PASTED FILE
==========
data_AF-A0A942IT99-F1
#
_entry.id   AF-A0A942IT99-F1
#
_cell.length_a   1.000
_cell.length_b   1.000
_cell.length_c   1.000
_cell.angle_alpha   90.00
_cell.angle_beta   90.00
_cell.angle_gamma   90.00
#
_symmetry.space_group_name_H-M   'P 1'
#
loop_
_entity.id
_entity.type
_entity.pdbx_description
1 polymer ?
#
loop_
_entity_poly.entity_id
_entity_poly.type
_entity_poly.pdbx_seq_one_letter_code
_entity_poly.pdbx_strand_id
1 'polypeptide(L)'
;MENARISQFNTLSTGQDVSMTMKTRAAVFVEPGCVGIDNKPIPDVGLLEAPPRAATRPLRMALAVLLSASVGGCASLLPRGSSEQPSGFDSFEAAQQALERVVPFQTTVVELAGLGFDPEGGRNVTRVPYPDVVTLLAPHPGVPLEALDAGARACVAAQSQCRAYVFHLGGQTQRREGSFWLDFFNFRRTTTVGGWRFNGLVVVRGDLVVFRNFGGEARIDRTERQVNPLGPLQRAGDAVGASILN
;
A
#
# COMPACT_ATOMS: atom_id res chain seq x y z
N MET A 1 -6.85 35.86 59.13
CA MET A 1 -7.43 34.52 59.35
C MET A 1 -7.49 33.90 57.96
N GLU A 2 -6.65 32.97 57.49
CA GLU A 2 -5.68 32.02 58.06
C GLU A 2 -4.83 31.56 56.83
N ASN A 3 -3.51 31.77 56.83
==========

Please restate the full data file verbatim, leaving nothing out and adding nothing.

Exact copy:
data_AF-A0A942IT99-F1
#
_entry.id   AF-A0A942IT99-F1
#
_cell.length_a   1.000
_cell.length_b   1.000
_cell.length_c   1.000
_cell.angle_alpha   90.00
_cell.angle_beta   90.00
_cell.angle_gamma   90.00
#
_symmetry.space_group_name_H-M   'P 1'
#
loop_
_entity.id
_entity.type
_entity.pdbx_description
1 polymer ?
#
loop_
_entity_poly.entity_id
_entity_poly.type
_entity_poly.pdbx_seq_one_letter_code
_entity_poly.pdbx_strand_id
1 'polypeptide(L)'
;MENARISQFNTLSTGQDVSMTMKTRAAVFVEPGCVGIDNKPIPDVGLLEAPPRAATRPLRMALAVLLSASVGGCASLLPRGSSEQPSGFDSFEAAQQALERVVPFQTTVVELAGLGFDPEGGRNVTRVPYPDVVTLLAPHPGVPLEALDAGARACVAAQSQCRAYVFHLGGQTQRREGSFWLDFFNFRRTTTVGGWRFNGLVVVRGDLVVFRNFGGEARIDRTERQVNPLGPLQRAGDAVGASILN
;
A
#
# COMPACT_ATOMS: atom_id res chain seq x y z
N MET A 1 -6.85 35.86 59.13
CA MET A 1 -7.43 34.52 59.35
C MET A 1 -7.49 33.90 57.96
N GLU A 2 -6.65 32.97 57.49
CA GLU A 2 -5.68 32.02 58.06
C GLU A 2 -4.83 31.56 56.83
N ASN A 3 -3.51 31.77 56.83